BUFFALO – Sabres coach Don Granato and newcomer Jordan Greenway go back nearly 10 years, to their days together at the U.S. National Team Development program.
Having coached Greenway as a teenager, Granato has a unique understanding of the 6-foot-6, 231-pound winger’s skill set and potential.
“There’s lots of players in the league I’m very familiar with and coached,” Granato said of Greenway, who was acquired from the Minnesota Wild prior to Friday’s trade deadline. “And you know the players. You learn them. But the players that you had before they came into the NHL, you get to see them completely different.”
That’s one reason why Greenway, 26, could enjoy a different, more prominent role when he joins the Sabres. Weather-related travel delays kept him from making it to Buffalo for Saturday afternoon’s 5-3 win over the Tampa Bay Lightning at KeyBank Center.
After sending the Wild second- and fifth-round draft picks, Sabres general manager Kevyn Adams said Granato vouched for Greenway and said “there is more to this player.”
“He is a high-character person, very good athlete, a great teammate and somebody that we’re excited to work with as well because he has a lot of potential,” Granato said prior to the game.
Granato said Greenway, who will wear No. 12, will kill penalties and eventually earn time on the power play. He expects the Canton native will evolve and showcase growth, much like when the Sabres acquired winger Alex Tuch last season.
While Granato had never coached Tuch, he knew him from the NTDP. Tuch, 26, has developed into a star this season, scoring 28 goals and 62 points in 57 games.
“You’re acquiring a talent that you know that can do more, and they’re at the right spot of their career,” Granato said. “They’ve had a base of experience and much like I knew Tuch, I mean, there was a lot more in Alex Tuch. This is case with Jordan.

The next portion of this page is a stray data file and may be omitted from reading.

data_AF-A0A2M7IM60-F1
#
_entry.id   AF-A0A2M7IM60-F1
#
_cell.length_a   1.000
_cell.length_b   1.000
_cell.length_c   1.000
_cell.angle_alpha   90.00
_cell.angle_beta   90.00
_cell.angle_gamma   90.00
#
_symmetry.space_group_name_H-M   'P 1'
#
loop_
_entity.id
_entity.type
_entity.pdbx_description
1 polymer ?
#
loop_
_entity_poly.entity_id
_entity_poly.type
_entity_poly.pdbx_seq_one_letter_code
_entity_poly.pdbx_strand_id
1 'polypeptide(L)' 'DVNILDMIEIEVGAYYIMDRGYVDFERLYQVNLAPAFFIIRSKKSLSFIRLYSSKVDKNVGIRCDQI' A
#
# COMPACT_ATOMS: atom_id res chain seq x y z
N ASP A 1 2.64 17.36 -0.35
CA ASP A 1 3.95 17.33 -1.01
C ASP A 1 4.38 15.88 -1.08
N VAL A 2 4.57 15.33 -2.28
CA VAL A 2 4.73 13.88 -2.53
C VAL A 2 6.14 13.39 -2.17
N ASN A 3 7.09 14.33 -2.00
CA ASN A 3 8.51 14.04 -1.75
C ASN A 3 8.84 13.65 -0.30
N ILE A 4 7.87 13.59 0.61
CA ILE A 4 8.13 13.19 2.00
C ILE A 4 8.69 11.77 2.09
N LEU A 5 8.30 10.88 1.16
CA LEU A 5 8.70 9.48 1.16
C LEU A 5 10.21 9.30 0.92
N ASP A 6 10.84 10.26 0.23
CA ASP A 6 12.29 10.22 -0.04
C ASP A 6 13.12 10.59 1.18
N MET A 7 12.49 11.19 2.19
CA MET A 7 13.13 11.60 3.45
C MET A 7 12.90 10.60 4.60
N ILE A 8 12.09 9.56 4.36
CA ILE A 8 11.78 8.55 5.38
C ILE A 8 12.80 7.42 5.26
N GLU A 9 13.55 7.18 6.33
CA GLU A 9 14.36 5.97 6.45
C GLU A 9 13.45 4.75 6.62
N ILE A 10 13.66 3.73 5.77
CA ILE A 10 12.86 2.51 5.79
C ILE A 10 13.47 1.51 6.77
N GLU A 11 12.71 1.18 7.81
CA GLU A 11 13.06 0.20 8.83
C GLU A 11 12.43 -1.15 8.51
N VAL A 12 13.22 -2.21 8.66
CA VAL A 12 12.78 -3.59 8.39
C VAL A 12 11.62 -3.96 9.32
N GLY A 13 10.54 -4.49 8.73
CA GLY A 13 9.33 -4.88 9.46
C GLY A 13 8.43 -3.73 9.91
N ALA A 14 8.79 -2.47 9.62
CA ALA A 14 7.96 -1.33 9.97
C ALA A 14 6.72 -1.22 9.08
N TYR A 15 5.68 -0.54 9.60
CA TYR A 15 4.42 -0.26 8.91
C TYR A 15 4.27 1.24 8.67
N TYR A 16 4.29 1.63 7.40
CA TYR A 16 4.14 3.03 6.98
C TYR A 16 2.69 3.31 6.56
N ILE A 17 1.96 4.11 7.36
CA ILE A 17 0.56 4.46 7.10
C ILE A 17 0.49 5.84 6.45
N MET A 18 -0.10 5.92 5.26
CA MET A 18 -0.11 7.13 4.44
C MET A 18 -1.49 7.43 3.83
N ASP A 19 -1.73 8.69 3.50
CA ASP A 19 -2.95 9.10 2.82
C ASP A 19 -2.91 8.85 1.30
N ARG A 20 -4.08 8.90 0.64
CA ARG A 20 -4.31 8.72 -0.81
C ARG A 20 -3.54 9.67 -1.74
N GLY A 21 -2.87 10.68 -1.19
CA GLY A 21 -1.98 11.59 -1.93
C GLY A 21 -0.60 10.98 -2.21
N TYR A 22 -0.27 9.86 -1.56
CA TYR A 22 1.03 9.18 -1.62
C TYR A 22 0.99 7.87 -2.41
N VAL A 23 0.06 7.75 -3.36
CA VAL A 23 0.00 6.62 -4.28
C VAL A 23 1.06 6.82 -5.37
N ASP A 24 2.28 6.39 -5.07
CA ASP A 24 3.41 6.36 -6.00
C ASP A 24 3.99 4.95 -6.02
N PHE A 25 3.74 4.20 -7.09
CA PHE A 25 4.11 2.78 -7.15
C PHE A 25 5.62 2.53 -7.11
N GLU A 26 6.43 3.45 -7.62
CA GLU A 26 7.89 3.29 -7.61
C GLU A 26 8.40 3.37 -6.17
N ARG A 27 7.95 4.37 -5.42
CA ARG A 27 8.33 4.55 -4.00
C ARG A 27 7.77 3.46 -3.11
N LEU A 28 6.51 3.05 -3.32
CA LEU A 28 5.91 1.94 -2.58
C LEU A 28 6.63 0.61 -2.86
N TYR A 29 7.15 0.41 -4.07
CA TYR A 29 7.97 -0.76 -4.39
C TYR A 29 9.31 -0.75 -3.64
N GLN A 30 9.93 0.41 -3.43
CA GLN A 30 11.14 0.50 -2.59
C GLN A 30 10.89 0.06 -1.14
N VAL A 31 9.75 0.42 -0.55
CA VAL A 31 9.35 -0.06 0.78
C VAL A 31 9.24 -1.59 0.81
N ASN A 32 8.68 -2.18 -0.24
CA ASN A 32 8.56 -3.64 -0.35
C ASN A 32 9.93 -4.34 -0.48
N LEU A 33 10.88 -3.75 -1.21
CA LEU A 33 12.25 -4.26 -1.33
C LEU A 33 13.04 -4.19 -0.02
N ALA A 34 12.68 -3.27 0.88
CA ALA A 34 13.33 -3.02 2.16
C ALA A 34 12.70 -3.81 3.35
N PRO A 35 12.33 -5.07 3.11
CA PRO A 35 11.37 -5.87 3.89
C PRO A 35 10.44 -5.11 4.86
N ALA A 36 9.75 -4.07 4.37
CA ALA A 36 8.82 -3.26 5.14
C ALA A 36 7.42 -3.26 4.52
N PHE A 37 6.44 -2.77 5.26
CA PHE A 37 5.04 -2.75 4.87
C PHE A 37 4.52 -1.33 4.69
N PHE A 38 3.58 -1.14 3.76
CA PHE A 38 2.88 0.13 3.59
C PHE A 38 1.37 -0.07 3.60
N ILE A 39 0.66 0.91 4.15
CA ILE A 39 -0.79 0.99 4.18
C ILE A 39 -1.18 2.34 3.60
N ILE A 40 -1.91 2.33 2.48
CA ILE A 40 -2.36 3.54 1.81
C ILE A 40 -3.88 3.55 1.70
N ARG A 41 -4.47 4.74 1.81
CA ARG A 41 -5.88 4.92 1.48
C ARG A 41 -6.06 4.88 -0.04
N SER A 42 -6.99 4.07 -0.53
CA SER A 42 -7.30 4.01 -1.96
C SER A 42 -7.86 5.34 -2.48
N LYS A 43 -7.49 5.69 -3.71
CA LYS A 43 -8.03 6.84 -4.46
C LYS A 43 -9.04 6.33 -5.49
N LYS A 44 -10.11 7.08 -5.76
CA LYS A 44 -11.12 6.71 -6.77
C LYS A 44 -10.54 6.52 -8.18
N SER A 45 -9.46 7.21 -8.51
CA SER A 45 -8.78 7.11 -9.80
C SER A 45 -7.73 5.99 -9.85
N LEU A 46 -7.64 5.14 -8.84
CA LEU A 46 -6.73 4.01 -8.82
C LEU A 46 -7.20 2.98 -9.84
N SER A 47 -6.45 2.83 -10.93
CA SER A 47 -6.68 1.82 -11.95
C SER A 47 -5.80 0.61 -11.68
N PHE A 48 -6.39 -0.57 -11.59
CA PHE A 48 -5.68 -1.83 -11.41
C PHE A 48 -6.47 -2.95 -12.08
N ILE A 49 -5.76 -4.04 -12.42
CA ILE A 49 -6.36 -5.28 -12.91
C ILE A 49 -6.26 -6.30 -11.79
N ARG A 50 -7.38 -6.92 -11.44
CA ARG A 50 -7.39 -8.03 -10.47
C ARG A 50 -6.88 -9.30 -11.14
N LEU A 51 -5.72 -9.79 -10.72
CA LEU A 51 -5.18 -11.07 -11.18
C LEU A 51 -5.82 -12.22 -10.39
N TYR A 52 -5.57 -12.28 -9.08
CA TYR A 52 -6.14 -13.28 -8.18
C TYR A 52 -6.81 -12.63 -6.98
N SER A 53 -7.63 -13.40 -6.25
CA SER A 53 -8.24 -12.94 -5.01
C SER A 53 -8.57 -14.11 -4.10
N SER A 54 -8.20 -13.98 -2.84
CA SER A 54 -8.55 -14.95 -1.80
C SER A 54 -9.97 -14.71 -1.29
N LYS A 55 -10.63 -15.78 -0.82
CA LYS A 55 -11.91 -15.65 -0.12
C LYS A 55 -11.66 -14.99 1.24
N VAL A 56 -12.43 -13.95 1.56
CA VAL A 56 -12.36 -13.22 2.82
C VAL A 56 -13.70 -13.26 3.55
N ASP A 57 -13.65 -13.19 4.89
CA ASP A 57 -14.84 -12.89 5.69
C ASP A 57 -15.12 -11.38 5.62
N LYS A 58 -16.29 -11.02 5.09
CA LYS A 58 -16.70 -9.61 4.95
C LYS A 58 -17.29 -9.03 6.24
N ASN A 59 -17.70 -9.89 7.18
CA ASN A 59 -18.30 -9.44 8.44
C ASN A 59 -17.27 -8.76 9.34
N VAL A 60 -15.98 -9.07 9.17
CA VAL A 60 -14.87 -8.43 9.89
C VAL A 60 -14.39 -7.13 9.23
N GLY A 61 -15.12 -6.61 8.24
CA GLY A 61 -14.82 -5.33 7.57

“I watched these guys when they were very young and saw their base of talent and developed an appreciation for where their potential is.”
Greenway’s hulking size and physicality offer the Sabres a missing element and an intriguing talent. He has never scored more than 12 goals or 27 points in a season. Still, Granato said teammates want to play on his line.
“He has a significant physical presence in the game,” he said. “You can’t not notice him because he’s a big man that’s willing to play that big man type of game. He’s strong net-front, he’s strong behind the net, below the goal line, taking pucks to the net. He has very good speed, so he can keep up with the pace that we want to play at without any issue whatsoever because he’s such a good athlete.
“When he’s on the ice, and even when there’s a scrum, you know he’s on the ice.”
Leading up to the deadline, Granato did not sound very keen on the idea of the Sabres making a big move and giving up assets.
“I don’t think we’re going to sweat anything that didn’t happen yesterday,” he said of a major trade at the deadline. “There’s no reason to. And I’m actually excited. Everybody is trying to make moves and spending, spending, spending to do it, spending their future, because our future, we feel, is pretty darn bright and strong.”